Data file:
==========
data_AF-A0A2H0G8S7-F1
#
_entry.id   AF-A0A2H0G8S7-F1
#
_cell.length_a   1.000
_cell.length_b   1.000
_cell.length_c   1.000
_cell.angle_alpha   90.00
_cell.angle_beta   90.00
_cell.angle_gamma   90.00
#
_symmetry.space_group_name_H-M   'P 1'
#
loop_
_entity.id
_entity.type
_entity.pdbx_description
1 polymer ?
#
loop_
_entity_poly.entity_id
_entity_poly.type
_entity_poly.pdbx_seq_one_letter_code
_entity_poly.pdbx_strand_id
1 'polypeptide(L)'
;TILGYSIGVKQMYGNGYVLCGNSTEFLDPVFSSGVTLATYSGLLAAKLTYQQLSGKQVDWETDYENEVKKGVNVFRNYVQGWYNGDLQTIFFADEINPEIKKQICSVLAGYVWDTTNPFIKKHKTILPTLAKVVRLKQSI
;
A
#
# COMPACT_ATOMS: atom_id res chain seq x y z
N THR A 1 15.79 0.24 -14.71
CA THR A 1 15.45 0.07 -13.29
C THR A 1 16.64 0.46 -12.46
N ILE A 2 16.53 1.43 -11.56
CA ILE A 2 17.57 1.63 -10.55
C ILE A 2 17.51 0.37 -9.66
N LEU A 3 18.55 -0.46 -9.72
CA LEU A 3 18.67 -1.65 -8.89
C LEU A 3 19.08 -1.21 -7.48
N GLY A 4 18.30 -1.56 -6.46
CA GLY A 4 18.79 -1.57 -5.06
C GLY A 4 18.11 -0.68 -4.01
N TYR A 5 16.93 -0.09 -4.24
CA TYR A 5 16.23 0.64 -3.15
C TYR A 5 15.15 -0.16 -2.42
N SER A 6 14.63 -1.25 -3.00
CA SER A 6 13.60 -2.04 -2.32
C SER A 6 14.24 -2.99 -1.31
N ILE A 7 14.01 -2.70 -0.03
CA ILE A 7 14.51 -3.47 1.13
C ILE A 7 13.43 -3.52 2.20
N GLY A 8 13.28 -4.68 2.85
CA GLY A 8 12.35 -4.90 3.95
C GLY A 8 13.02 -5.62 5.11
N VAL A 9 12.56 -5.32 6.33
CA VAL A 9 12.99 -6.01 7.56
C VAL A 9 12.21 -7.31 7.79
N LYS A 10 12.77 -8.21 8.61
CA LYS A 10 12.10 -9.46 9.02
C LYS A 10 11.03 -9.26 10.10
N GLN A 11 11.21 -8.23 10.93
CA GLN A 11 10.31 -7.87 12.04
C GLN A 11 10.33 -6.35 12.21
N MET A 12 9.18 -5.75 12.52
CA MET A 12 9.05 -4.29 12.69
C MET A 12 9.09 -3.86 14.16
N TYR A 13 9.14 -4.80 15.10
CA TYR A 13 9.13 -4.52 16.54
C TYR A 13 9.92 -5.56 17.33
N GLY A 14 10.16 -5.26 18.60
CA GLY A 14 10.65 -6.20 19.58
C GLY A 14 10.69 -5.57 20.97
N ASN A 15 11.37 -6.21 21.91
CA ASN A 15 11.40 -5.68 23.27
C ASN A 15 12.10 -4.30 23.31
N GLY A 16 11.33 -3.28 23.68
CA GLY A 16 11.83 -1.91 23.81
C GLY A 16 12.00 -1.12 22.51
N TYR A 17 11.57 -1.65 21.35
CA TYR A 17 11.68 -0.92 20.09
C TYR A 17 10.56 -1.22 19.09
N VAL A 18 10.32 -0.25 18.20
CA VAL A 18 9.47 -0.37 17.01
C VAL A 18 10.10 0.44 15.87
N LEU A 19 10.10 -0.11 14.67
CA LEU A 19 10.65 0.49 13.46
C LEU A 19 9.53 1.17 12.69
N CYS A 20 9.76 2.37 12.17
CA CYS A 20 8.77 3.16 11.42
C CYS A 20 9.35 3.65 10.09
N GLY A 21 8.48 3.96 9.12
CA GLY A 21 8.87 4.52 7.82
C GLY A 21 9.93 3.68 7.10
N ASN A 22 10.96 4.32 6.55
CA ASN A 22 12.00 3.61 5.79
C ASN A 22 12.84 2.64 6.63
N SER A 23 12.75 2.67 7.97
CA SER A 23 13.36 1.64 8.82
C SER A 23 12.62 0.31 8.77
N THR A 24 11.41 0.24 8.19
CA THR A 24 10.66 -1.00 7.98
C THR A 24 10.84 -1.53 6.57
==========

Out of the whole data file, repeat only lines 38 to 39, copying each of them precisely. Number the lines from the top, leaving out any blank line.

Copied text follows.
CA LEU A 3 18.67 -1.65 -8.89
C LEU A 3 19.08 -1.21 -7.48